Mumme preferred less hitting, fewer days in full pads and little -- if any -- tackling to the ground. He wanted players fresh for Saturdays.

The simplicity extended to the playbook, or lack thereof. Rather than a thick, War and Peace-length binder filled with schemes, Mumme's offense favored a handful of plays, and no playbook.

"We had, basically, seven or eight plays and we would run them from seven or eight different formations," former Kentucky and NFL tight end James Whalen said. "The whole point was, 'What we do, we're going to do it perfectly.'"

It worked before, and despite the jump to Division I, Mumme and Leach believed it would again. Except for Florida, where Steve Spurrier's Fun 'n' Gun succeeded, it was a stark contrast to SEC football at the time.

"It was 3 yards and a cloud of dust," said Arizona offensive coordinator Noel Mazzone, then an assistant at Ole Miss. "If you didn't run power and two tight ends and all that, you weren't a football coach."

Leach was installed as Kentucky's receivers coach. Mumme wanted to make him the offensive coordinator, but Newton preferred Mumme not name one, because he was promoting Mumme to Kentucky alumni as the next Spurrier. He wanted no ambiguity about who was calling the shots offensively.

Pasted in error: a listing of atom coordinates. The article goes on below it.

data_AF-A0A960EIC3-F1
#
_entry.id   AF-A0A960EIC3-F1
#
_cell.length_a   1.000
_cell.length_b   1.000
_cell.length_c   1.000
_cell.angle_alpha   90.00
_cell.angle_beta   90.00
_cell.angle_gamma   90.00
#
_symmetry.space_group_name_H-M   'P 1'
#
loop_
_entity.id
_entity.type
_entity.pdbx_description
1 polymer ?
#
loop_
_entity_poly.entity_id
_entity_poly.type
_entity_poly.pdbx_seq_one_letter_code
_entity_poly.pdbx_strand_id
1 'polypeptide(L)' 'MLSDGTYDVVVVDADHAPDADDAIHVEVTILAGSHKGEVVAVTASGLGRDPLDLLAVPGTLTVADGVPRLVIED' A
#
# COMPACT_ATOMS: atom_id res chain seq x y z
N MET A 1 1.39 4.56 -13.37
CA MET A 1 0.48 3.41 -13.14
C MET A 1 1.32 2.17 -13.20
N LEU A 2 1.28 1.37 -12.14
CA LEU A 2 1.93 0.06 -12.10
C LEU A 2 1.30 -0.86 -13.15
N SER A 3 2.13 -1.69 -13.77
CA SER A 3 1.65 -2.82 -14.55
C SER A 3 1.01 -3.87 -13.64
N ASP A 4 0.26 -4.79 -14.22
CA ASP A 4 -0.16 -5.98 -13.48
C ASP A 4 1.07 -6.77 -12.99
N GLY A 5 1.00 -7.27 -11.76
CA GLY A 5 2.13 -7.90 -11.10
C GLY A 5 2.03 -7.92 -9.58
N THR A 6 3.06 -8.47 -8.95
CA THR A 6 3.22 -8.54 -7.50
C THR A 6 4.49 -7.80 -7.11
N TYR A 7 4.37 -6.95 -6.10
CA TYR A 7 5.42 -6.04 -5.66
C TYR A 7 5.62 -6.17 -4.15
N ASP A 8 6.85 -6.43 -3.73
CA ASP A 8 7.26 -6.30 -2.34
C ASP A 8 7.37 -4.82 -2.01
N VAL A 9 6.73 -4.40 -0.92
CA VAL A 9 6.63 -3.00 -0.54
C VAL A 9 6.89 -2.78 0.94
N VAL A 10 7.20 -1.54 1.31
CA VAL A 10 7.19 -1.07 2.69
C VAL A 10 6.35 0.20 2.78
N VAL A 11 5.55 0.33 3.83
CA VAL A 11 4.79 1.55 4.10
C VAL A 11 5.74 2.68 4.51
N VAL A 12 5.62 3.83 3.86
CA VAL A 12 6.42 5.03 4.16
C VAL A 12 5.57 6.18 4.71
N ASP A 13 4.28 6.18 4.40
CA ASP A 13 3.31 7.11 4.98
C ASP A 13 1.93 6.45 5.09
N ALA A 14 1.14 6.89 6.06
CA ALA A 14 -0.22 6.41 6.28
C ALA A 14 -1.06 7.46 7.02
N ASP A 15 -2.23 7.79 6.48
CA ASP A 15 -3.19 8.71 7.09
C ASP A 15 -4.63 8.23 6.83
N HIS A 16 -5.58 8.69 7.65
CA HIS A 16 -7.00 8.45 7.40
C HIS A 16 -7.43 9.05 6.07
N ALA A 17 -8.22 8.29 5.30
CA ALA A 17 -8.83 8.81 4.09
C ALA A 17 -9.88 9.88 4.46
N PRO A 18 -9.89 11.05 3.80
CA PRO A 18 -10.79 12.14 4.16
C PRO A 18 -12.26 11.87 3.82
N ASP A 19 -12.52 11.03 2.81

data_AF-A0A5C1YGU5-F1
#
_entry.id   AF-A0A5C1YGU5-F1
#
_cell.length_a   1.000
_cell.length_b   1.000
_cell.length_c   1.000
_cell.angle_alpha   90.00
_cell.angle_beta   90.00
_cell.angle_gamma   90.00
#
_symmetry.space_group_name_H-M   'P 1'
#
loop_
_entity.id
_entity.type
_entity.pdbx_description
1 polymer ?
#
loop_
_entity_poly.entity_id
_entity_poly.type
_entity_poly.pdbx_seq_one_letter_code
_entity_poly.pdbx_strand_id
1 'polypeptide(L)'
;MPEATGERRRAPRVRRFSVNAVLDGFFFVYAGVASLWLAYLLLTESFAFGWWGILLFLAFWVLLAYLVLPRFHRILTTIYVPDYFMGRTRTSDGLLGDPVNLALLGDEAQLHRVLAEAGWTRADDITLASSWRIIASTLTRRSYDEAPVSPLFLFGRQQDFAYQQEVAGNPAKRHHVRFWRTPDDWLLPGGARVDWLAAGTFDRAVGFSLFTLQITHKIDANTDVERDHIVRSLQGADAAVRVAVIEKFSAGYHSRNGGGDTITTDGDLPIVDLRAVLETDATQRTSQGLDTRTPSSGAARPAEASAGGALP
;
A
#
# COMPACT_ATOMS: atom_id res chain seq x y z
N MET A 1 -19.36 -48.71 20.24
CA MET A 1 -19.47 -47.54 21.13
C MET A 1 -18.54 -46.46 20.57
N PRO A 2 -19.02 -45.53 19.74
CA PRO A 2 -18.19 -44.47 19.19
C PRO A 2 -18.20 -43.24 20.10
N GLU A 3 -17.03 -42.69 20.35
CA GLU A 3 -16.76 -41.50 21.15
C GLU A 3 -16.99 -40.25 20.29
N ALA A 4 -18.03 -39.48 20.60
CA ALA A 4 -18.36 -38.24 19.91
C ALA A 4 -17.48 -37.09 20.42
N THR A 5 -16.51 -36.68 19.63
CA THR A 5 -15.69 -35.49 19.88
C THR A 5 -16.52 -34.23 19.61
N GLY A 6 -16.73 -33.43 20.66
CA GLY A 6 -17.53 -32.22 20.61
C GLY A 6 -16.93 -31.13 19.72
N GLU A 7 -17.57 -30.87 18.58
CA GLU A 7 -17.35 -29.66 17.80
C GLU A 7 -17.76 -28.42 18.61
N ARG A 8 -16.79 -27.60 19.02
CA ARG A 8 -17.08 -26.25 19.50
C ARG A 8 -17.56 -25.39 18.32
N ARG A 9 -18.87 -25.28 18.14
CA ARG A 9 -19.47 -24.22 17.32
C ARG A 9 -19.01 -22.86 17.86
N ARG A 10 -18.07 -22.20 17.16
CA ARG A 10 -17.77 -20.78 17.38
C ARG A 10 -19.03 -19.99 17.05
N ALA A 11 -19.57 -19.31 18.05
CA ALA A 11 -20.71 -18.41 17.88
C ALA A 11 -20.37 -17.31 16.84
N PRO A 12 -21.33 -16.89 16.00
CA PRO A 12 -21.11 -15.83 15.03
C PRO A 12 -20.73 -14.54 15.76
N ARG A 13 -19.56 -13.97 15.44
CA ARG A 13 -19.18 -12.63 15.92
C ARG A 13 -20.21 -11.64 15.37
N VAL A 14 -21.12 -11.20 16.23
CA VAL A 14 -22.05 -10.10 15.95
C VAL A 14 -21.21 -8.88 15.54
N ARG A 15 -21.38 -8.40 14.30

And so it was. In the Wildcats' 1997 media guide, there is no offensive coordinator listed, though Mumme asked Newton if, after the Wildcats won a big game, he could name one, a request which Newton obliged.

Before the season debut against rival Louisville, a Kentucky graduate assistant named Sonny Dykes was skeptical. The son of the late Spike Dykes, a coaching legend at Texas Tech, Sonny had not seen such a unique approach to offensive football. He turned to fellow GA Chris Hatcher, who had played quarterback for Mumme at Valdosta State.

"I said, 'Hey Chris, we only have like 10 plays,'" recalled Dykes, now the head coach at SMU. "This stuff's not gonna work."

Hatcher, who won the Harlon Hill Trophy -- the Division II equivalent of the Heisman Trophy -- under Mumme at Valdosta, knew better.

"We're gonna be just fine," he told Dykes. "Just wait and see."

By the end of the first quarter, powered by sophomore quarterback Tim Couch, Kentucky was leading 21-0 and would end up beating Louisville 38-24. Couch threw for a school-record 398 yards. The Air Raid was off and running.

It converted more onlookers later that year, when the Wildcats upset No. 22 Alabama, the first win Kentucky had over the Crimson Tide in 75 years. Fans rushed the field at Commonwealth Stadium and tore the goalposts down. Some still have pieces of it; Dykes said he has a piece in his office at SMU. Running backs coach Tony Franklin, now the offensive coordinator at Middle Tennessee, has one, too.